THE BLOG
08/30/2012 02:43 pm ET Updated Oct 30, 2012

Parting Words of Wisdom for Your College Student This Fall

Alamy

If you're like the rest of us, life is full of stress, obligations and demands. As a parent of a college student, the stress only increases as you try to help them stay focused on school while balancing the rest of what life throws their way. The good news is they've already taken one of the most important steps in improving their financial health -- setting the goal of furthering their education.

College graduates can expect to earn much more than those with just a high school diploma. In fact, according to the National Center for Education Statistics, adults aged 25-34 with a bachelors' degree earned an average of 50 percent more than those with just a high school diploma ($45,000 compared to $30,000).

While the recent recession has been a wake-up call for many and has led some to question whether a college degree is worth it, a recent study by Georgetown University entitled "The College Advantage: Weathering the Economic Storm" should put your mind at ease. It found that those with advanced education fared much better. Since 2010 when the recovery began, job gains have been limited to those with more education -- with the greatest job gains among those with a Bachelors' degree or higher.

Are you ready to help your college student start reaping these rewards? Here are some tips to pass along for staying on track:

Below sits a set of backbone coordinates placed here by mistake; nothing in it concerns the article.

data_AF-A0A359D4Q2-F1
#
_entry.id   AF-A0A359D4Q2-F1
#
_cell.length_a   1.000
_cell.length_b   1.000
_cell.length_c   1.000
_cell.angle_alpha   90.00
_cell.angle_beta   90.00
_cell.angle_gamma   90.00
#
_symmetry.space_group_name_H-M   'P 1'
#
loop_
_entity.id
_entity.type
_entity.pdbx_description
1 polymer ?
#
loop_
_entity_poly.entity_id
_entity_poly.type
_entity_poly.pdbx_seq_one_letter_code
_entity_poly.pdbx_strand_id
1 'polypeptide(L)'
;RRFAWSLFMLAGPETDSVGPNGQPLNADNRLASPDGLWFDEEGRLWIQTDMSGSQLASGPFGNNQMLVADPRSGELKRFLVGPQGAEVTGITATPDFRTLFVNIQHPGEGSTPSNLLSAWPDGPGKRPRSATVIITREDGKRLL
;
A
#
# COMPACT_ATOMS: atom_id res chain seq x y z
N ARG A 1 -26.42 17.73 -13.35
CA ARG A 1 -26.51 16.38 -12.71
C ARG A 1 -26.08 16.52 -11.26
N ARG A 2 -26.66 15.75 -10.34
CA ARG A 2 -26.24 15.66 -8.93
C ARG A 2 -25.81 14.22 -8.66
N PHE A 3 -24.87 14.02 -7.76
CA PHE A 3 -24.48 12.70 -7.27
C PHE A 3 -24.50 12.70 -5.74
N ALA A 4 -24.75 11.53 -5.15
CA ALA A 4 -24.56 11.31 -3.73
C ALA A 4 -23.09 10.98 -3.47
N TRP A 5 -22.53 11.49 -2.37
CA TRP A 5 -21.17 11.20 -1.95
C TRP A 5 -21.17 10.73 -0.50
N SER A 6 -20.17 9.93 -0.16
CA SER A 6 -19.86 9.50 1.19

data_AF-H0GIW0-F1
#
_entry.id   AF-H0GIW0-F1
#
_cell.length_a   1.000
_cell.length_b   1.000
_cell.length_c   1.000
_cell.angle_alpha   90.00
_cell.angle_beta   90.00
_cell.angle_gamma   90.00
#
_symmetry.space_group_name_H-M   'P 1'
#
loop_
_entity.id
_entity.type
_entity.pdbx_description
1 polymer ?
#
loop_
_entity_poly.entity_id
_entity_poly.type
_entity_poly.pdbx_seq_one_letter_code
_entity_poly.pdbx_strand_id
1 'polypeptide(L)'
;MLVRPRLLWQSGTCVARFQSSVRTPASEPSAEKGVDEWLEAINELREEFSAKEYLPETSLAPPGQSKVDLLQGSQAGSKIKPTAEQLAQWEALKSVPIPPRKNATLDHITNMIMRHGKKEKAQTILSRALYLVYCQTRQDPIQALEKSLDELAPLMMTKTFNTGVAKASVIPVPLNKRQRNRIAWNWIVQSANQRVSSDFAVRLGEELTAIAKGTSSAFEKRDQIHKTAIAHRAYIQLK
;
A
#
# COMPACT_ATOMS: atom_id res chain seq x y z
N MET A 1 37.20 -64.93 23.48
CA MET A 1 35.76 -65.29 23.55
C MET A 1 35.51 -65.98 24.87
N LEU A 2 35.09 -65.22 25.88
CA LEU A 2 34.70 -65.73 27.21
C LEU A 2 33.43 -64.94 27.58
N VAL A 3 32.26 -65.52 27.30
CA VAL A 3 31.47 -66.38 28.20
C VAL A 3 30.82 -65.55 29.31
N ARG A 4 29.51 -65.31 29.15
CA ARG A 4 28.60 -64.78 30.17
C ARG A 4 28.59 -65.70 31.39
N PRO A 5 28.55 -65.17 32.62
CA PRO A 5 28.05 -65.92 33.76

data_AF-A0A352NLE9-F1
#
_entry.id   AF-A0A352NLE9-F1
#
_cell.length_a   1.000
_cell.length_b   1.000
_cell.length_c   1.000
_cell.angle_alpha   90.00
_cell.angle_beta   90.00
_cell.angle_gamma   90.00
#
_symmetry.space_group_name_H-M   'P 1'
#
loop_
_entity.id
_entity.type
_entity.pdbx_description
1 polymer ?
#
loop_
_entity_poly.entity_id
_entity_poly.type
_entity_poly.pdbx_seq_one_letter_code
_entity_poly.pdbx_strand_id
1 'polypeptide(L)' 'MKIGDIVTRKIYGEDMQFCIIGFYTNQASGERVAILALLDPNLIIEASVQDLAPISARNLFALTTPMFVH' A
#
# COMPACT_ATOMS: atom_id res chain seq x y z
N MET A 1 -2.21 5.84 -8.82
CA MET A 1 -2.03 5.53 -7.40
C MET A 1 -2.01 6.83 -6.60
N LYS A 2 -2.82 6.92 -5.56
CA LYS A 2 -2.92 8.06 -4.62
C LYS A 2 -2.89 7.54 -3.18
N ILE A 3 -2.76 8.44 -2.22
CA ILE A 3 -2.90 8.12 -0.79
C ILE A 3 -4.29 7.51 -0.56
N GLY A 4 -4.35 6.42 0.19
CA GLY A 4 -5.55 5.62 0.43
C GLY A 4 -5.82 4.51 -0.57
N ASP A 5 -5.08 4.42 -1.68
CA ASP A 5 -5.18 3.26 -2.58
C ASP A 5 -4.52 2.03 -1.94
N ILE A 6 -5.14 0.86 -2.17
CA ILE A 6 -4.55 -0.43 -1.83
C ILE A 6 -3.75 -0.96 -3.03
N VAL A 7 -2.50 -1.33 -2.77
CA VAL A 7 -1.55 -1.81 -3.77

• Complete your coursework in as little time as possible. Stretching out your time in school tends to cost more in the long run, so take some time to reevaluate your priorities. Are you tempted to take fewer classes so you can work more hours? See if you can cut back on some of your living expenses instead. Studies have shown that students who limit employment to less than 15 hours per week are more likely to stay in school and earn a degree.

• Avoid changing majors. Often changing majors requires taking additional courses; thus making it very difficult to graduate on time. If you do decide that a change may be necessary, sit down with an advisor first so you will know exactly what's required and how much more time it will take.

• Set up a budget. At the beginning of each semester, make a budget for how you are going to spend the money you may have saved over the summer and/or plan to earn during the school year. Take a look at the results of this online poll for some ideas of how other students cut back on costs.

• Take full advantage of meal plans and other free amenities at school. Eating out is the number one budget buster for many students, so if you already paid for a meal plan, be sure to fully utilize it. If your friends ask you to join them for a concert or movie and you are short on funds, explain your goal of wanting to stay on track and suggest some free alternatives on campus. They may appreciate the gentle reminder as well.

• Look for internship opportunities. Internships can help make the connection between your studies and potential jobs, and provide you with valuable skills that may give you a leg up in the marketplace. Check with your schools Career Placement Office for listings in your area, or search on employment sites such as Careerbuilder.com.